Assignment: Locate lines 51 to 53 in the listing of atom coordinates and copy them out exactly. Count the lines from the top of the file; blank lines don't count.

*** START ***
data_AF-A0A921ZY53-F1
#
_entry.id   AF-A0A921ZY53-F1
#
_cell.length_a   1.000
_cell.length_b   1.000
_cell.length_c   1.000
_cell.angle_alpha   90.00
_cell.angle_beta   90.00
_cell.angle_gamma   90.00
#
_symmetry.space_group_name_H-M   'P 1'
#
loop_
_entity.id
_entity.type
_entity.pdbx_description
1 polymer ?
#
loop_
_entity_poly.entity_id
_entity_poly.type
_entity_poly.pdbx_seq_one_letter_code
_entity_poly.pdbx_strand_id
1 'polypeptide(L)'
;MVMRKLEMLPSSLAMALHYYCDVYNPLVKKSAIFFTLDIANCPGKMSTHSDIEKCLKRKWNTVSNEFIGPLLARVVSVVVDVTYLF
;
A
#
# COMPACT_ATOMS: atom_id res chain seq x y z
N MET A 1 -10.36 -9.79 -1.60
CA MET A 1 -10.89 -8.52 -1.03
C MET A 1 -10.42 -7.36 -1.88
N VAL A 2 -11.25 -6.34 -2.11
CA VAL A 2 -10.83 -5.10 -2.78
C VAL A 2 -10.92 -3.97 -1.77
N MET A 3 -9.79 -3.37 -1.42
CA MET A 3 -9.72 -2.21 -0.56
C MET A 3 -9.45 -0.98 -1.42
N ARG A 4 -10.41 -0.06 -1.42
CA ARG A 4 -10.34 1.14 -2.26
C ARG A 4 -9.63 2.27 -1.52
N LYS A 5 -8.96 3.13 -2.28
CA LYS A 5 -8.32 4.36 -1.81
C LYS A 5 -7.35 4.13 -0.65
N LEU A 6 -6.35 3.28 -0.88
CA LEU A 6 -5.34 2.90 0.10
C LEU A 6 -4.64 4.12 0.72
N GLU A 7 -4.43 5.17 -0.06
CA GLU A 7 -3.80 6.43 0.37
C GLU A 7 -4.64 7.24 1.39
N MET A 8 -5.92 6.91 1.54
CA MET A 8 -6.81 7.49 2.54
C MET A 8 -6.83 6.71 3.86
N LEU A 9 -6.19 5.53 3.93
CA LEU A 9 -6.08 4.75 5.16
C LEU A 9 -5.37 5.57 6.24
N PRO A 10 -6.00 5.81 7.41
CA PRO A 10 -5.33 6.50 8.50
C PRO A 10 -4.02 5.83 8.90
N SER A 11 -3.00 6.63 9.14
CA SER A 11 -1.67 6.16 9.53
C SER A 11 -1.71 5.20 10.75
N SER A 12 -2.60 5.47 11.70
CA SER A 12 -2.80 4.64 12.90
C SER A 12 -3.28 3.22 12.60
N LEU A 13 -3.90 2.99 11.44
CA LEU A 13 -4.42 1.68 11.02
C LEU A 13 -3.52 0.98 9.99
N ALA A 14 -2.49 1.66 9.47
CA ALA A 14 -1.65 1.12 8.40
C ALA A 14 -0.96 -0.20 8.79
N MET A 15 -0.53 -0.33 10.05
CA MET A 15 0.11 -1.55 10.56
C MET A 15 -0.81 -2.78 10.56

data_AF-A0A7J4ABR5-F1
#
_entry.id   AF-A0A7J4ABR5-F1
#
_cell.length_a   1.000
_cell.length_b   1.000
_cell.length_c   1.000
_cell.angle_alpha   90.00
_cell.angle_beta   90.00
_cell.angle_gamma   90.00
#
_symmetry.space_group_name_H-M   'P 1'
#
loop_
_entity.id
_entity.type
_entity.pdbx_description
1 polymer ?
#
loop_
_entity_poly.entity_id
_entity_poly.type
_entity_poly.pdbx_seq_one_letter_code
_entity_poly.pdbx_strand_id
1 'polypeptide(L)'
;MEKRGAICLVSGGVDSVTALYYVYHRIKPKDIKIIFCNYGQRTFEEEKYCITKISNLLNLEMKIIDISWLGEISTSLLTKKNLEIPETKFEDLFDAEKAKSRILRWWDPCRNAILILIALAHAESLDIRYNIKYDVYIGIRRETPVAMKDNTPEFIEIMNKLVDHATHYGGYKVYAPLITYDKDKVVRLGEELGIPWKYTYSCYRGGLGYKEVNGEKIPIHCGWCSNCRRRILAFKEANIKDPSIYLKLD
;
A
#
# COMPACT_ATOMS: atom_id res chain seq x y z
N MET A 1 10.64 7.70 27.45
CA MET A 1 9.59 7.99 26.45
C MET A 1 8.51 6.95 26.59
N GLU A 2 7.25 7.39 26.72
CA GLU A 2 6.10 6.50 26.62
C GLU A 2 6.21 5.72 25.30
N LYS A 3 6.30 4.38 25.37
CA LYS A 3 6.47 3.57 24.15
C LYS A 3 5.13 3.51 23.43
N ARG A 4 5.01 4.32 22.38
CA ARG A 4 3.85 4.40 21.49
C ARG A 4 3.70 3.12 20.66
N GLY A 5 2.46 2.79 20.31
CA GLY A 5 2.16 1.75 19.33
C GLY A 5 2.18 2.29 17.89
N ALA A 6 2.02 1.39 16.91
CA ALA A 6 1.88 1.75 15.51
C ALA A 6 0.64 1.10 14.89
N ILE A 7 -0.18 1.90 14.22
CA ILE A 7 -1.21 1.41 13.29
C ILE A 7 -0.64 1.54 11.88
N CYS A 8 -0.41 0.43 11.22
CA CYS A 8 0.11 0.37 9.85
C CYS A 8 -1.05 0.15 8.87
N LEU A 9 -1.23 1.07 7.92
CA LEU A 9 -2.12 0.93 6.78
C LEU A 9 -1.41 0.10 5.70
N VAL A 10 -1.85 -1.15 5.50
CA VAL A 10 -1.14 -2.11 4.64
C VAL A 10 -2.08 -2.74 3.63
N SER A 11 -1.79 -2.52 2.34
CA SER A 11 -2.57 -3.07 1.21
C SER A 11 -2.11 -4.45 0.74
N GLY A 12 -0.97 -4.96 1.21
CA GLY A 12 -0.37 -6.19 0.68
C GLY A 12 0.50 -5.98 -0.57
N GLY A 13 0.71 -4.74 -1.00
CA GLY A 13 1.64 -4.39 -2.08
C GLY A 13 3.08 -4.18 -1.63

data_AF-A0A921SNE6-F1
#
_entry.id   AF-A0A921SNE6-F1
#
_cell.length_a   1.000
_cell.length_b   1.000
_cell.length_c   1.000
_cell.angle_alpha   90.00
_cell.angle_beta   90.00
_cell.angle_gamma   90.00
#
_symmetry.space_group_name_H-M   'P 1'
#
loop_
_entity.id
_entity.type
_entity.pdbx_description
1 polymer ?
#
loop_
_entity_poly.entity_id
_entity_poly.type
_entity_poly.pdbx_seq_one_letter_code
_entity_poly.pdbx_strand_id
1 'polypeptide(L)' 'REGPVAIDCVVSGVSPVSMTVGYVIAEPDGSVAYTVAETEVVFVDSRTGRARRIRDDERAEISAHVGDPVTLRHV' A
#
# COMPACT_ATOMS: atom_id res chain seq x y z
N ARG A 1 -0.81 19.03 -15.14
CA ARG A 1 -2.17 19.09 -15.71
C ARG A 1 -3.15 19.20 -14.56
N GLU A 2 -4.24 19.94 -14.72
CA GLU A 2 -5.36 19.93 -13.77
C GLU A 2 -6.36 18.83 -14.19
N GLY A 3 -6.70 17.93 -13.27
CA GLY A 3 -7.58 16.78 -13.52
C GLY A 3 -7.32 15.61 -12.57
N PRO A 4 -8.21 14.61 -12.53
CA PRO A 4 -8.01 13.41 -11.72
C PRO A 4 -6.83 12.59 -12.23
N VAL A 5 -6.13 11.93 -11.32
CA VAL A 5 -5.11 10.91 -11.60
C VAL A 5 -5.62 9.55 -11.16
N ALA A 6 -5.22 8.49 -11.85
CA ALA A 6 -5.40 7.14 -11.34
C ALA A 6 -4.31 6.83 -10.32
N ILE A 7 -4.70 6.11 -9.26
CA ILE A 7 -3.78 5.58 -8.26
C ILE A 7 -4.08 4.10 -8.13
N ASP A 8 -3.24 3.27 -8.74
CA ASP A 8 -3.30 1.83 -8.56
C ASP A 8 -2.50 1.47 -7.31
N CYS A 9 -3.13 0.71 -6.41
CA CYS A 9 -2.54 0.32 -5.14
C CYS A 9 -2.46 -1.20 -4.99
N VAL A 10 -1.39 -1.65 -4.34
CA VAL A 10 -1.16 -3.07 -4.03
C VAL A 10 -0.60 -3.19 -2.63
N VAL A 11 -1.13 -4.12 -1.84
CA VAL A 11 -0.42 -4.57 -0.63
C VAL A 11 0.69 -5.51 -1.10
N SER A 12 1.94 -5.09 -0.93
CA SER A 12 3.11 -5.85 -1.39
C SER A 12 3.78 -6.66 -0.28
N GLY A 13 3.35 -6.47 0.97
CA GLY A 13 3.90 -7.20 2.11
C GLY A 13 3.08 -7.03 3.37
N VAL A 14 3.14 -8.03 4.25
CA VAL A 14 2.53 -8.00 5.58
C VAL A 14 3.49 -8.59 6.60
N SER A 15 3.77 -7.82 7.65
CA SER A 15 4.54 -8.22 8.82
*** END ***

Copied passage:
C GLU A 7 -4.64 7.24 1.39
N MET A 8 -5.92 6.91 1.54
CA MET A 8 -6.81 7.49 2.54